Join Earth Sangha for a Pull-a-thon at the Marie Butler Leven Preserve this weekend!  The group is going to continue to focus on pulling mile-a-minute and Japanese stiltgrass from the woodland edge. It’s crucial to remove these invasives now before they set seed.

Marie Butler Leven Preserve, 1501 Kirby Road McLean, VA 22101

Friday, Saturday, and Sunday 10-12 August 2018

9 am – 12 pm

For more details, click here.

Get help with water-related issues from Conservation Assistance Program

Northern Virginia Soil and Water Conservation District is now accepting site visit requests for both the Conservation Assistance Program (CAP) and the Virginia Conservation Assistance Program (VCAP). Do you have a drainage and erosion problem? Are you interested in improving water quality in local watersheds and the Chesapeake Bay? Funding may be available for you to pursue these types of environmental projects at your home, Homeowners’ Association, or place of worship.

See details here to see if you qualify for either the Conservation Assistance Program or the Virginia Conservation Assistance Program.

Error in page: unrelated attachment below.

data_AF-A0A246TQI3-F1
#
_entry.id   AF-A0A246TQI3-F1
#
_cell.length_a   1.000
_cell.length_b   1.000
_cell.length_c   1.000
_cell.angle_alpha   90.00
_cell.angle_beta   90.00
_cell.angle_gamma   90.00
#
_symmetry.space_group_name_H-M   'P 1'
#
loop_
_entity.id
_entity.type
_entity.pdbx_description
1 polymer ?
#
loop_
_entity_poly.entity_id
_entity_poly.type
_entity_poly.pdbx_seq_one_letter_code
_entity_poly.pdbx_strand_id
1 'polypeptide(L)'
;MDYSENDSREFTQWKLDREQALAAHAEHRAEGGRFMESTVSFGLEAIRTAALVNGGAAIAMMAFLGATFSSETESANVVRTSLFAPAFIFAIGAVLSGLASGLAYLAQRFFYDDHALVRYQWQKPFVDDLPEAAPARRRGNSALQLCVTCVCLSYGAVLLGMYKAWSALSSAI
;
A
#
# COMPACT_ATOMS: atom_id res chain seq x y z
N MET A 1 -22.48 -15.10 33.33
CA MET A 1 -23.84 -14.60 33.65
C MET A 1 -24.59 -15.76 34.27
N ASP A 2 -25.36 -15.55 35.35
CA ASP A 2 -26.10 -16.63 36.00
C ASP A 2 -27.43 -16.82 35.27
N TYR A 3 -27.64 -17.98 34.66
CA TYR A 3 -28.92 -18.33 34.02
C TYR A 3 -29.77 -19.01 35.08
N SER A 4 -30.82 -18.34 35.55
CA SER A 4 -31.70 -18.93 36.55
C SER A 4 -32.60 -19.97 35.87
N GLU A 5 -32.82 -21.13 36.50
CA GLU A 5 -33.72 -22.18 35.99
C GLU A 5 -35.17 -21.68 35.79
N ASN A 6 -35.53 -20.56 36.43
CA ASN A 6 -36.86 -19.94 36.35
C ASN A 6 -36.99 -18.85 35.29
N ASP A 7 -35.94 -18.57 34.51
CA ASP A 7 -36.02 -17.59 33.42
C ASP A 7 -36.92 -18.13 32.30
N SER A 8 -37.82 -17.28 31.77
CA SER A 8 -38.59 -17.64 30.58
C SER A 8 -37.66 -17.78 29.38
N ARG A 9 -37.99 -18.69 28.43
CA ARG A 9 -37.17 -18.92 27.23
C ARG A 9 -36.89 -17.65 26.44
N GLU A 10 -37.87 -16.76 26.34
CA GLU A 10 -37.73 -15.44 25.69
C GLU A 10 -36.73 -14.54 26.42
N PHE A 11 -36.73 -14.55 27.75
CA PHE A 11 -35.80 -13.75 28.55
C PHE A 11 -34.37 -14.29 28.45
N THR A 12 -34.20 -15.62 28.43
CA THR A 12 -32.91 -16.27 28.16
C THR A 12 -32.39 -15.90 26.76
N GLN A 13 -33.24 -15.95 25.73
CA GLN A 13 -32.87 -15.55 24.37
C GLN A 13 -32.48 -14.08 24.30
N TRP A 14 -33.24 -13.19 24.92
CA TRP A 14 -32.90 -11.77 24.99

August stream monitoring activities: Attend and help

Join volunteers throughout Fairfax County who monitor water quality in local streams. The Northern Virginia Soil and Water Conservation District trains volunteers to assess ecological conditions in streams based on the presence and abundance of benthic macroinvertebrates (aquatic insects). Volunteers also learn how to take chemical measurements about nitrate/nitrite and turbidity. Training includes indoor and field workshops and mentoring by experienced monitors.

Sunday, 19 August 2018

Stream Monitoring Workshop: Reston
Time:  1:00 – 4:00pm
Join Will Peterson of the Reston Association as he guides you through the monitoring protocol on one of the many beautiful streams that flows through Reston Association’s natural areas. For more information and to RSVP, please contact Will.

Saturday, 25 August 2018